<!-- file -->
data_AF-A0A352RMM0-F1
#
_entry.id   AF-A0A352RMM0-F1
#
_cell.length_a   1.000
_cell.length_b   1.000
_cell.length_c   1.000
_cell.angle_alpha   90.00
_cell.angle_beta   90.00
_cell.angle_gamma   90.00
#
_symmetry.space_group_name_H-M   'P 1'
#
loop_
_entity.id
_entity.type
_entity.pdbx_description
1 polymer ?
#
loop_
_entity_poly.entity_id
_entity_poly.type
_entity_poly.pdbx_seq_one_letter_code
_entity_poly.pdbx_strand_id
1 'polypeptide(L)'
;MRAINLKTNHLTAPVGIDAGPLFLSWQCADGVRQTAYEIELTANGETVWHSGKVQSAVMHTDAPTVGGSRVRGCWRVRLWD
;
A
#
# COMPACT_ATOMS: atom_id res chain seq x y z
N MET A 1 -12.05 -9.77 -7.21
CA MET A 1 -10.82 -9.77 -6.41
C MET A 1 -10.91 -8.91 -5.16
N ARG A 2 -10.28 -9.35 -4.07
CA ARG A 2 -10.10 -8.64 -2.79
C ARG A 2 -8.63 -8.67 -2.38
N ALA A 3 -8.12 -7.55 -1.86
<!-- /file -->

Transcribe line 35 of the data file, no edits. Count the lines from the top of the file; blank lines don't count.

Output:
CA ARG A 2 -10.10 -8.64 -2.79